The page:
On my "Almost too awesome to not squee at" list would be the dread "W" - a bipedal dread vampire worg pistolero - at once potential savior and dread wolf-in-sheep's clothing... Now if your PCs start yawning at werewolves and the like - know a surefire way to make them stop? Have them run like crazy from the CR 20 gargantuan bipedal Gr'Zelha and grin at their surprised gasps when the huge beast starts further fortifying herself with deadly psionic powers.



Or do you require a truly nasty, yet in a strange way, honorable taskmaster? What about a schizoid, two-headed worg mystic theurge that desperately want to be turned "back" into two sisters - if, indeed the creature ever was anything but what it seems to be today and this belief is not the result of some strange delusion. Iythous the trickster is a winter wolf clever godling with ample templates applied that takes the fluff of the winter wolf on its head, giving it a distinctly Caribbean/Polynesian flair and adding essentially a hook on imminent divine ascension to the fey creature for a fickle and fearsome foe that should challenge even the most powerful of PCs. For a more straightforward, yet nonetheless terribly impressive adversary, the CR 25 Degrith the Defiler worg champion build that provides a quasi-deity, perhaps of cthulhoid origins, threat.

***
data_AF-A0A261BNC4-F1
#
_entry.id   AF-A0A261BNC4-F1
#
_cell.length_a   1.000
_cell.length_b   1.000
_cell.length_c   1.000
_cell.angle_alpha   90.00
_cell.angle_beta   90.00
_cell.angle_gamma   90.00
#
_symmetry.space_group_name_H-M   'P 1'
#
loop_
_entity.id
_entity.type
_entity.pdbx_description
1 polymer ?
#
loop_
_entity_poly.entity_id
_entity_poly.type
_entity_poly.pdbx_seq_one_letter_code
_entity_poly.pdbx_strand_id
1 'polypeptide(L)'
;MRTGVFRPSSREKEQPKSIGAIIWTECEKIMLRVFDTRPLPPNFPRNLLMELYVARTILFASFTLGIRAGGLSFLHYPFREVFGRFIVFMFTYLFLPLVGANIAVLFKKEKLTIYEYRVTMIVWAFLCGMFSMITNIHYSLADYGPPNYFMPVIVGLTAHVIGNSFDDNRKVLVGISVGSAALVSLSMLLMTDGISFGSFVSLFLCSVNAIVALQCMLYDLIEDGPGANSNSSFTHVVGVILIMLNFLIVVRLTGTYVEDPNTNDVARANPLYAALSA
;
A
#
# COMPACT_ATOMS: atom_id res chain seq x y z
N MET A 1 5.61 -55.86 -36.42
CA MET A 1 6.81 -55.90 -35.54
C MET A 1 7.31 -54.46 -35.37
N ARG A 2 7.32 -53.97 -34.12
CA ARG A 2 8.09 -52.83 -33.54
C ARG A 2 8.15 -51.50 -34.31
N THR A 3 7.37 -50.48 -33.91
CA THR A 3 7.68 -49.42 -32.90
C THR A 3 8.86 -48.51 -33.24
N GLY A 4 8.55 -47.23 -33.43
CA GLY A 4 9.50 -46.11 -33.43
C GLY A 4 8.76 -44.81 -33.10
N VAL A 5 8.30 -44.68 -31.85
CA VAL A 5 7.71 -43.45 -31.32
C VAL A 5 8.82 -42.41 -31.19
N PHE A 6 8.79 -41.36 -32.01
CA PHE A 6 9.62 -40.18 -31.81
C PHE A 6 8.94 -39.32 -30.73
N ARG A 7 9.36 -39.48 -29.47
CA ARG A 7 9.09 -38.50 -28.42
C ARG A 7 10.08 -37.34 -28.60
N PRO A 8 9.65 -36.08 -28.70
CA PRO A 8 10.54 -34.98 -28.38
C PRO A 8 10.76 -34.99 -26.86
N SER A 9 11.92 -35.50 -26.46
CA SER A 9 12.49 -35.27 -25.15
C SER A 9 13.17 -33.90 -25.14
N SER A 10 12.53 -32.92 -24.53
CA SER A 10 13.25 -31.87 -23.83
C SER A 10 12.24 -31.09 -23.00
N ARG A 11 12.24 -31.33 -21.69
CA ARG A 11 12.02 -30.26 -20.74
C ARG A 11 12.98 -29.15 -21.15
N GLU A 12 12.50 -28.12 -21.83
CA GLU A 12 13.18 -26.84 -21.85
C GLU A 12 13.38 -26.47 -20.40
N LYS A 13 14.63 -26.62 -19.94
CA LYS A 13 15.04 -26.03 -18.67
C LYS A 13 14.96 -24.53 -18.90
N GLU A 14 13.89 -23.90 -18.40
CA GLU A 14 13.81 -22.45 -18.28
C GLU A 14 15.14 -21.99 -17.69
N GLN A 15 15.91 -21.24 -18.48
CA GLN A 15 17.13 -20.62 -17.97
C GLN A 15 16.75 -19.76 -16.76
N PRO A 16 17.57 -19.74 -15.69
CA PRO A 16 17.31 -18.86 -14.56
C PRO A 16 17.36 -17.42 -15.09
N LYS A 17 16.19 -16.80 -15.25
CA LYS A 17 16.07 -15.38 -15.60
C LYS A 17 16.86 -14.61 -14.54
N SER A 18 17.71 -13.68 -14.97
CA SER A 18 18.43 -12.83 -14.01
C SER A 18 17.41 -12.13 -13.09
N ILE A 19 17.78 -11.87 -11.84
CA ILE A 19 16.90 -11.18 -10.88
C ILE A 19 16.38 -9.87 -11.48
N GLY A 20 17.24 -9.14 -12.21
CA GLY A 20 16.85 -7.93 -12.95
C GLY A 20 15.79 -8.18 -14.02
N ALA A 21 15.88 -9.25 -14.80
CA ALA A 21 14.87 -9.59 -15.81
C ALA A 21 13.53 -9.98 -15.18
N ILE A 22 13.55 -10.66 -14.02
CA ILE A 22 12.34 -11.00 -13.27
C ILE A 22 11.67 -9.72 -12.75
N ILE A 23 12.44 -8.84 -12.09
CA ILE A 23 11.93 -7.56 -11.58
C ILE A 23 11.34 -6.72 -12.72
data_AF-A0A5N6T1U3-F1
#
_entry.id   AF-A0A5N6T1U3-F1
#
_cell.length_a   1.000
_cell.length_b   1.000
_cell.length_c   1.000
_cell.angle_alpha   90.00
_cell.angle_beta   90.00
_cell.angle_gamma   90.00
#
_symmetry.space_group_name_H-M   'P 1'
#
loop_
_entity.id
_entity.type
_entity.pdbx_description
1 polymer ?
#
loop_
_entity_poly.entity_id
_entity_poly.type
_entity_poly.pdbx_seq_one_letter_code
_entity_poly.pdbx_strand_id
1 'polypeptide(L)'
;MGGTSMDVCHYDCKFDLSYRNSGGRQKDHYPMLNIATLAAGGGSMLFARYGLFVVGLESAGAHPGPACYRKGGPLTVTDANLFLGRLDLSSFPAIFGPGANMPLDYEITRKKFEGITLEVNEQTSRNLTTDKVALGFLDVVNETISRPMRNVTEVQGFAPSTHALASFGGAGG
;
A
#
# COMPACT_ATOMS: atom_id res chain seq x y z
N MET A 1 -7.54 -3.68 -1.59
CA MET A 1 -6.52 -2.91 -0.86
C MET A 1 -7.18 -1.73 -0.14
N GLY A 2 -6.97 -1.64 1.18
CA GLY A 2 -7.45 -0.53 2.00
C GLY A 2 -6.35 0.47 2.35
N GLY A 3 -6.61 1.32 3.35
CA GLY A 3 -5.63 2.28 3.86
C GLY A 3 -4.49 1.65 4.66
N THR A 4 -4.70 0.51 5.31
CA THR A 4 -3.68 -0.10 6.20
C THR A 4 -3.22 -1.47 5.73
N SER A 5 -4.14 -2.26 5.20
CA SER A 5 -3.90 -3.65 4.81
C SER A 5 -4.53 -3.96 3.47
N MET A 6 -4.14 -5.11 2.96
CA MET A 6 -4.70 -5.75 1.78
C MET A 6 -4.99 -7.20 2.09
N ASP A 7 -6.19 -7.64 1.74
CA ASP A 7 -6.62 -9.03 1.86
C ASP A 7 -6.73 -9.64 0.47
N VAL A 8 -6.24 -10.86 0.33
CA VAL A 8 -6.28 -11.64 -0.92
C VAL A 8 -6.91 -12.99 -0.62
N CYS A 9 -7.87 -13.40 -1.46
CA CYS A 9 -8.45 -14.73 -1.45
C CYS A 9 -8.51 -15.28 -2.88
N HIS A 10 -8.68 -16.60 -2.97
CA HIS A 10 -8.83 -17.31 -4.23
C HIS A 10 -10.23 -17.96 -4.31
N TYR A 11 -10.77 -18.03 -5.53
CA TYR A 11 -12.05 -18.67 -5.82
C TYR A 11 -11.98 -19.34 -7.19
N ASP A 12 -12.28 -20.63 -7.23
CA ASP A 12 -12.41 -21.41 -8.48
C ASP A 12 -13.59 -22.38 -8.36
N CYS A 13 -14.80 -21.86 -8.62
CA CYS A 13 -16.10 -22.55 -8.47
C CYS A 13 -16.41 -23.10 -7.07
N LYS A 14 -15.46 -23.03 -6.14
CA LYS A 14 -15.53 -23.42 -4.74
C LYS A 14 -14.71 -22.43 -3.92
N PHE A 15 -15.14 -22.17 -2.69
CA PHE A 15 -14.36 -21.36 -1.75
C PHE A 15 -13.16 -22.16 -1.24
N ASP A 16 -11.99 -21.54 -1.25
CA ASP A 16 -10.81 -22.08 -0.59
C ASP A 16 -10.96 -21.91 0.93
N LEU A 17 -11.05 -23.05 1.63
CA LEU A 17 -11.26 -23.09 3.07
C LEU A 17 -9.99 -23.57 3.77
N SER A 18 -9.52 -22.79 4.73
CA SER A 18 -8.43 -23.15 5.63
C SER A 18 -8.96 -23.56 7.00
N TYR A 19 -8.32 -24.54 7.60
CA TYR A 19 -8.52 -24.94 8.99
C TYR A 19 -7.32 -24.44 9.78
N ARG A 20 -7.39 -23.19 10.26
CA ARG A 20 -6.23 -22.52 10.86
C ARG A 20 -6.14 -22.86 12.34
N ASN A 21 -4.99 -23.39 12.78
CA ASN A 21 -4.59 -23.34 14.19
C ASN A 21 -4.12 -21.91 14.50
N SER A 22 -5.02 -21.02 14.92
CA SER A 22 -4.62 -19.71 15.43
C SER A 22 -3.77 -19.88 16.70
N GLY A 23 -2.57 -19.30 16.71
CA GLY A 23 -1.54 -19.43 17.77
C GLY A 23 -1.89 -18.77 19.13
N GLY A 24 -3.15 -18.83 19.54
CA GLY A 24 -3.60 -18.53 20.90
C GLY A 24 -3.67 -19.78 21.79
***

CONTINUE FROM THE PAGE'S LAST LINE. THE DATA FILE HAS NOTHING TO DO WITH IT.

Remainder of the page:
Want to know something funny? This guy isn't the hardest foe herein. Not by a lot. The Legendary Baywulf of the Nightvale, a lupine wight of the color of blood may sound like a nightmareish legend and have the stats to supplement this claim, but he's not the toughest brute in here either. This honor has to be split among two creatures whose statblocks are so beautiful, one's eyes might glaze over - on the one hand, there would be Lord Shong Vutok, the Boeal Inferno, an accelerated, bipedal, half-balor winterwolf primagus/champion (via talented rogue-gestalting) CR 30/MR 7, on the other hand no other than the friggin' CR 29/MR 10 coolest incarnation of the world-ending Fenris Wolf I've seen in quite a while: While Shong Vutok is awash in options, the Fenris Wolf's raw death-dealing potential and brute power more than make up for this and fit thematically with the concept.



Have I mentioned the bonus creatures at the end of the pdf, an advanced shadow and two highly complex NPC builds? Well, now I have.